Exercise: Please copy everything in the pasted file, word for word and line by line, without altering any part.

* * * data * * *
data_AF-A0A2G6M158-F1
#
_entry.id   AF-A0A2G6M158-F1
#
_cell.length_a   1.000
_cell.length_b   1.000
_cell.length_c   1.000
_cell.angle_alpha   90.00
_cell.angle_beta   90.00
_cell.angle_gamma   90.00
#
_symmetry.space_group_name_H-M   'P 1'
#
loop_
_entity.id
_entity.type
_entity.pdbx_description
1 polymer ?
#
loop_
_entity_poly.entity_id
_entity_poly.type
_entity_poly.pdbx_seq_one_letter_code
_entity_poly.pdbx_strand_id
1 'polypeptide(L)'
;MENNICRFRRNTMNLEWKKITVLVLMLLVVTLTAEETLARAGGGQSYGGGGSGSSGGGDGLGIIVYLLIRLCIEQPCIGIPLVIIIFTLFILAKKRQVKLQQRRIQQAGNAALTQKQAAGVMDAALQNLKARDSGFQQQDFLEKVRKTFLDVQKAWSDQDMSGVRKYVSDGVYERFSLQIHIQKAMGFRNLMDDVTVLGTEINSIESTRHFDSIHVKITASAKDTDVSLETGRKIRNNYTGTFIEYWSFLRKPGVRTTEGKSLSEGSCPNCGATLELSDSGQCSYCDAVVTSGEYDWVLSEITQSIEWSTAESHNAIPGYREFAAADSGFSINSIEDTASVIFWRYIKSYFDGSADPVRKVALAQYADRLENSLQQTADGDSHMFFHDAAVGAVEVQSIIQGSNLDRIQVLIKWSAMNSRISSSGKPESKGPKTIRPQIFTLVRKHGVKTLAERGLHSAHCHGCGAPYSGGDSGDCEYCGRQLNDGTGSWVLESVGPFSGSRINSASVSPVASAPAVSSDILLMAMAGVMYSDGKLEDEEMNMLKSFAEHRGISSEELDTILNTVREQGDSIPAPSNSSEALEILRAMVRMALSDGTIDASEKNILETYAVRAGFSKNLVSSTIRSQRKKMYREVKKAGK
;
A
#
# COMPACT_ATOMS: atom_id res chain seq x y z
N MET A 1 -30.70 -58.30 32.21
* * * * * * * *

data_AF-A0A2G6M158-F1
#
_entry.id   AF-A0A2G6M158-F1
#
_cell.length_a   1.000
_cell.length_b   1.000
_cell.length_c   1.000
_cell.angle_alpha   90.00
_cell.angle_beta   90.00
_cell.angle_gamma   90.00
#
_symmetry.space_group_name_H-M   'P 1'
#
loop_
_entity.id
_entity.type
_entity.pdbx_description
1 polymer ?
#
loop_
_entity_poly.entity_id
_entity_poly.type
_entity_poly.pdbx_seq_one_letter_code
_entity_poly.pdbx_strand_id
1 'polypeptide(L)'
;MENNICRFRRNTMNLEWKKITVLVLMLLVVTLTAEETLARAGGGQSYGGGGSGSSGGGDGLGIIVYLLIRLCIEQPCIGIPLVIIIFTLFILAKKRQVKLQQRRIQQAGNAALTQKQAAGVMDAALQNLKARDSGFQQQDFLEKVRKTFLDVQKAWSDQDMSGVRKYVSDGVYERFSLQIHIQKAMGFRNLMDDVTVLGTEINSIESTRHFDSIHVKITASAKDTDVSLETGRKIRNNYTGTFIEYWSFLRKPGVRTTEGKSLSEGSCPNCGATLELSDSGQCSYCDAVVTSGEYDWVLSEITQSIEWSTAESHNAIPGYREFAAADSGFSINSIEDTASVIFWRYIKSYFDGSADPVRKVALAQYADRLENSLQQTADGDSHMFFHDAAVGAVEVQSIIQGSNLDRIQVLIKWSAMNSRISSSGKPESKGPKTIRPQIFTLVRKHGVKTLAERGLHSAHCHGCGAPYSGGDSGDCEYCGRQLNDGTGSWVLESVGPFSGSRINSASVSPVASAPAVSSDILLMAMAGVMYSDGKLEDEEMNMLKSFAEHRGISSEELDTILNTVREQGDSIPAPSNSSEALEILRAMVRMALSDGTIDASEKNILETYAVRAGFSKNLVSSTIRSQRKKMYREVKKAGK
;
A
#
# COMPACT_ATOMS: atom_id res chain seq x y z
N MET A 1 -30.70 -58.30 32.21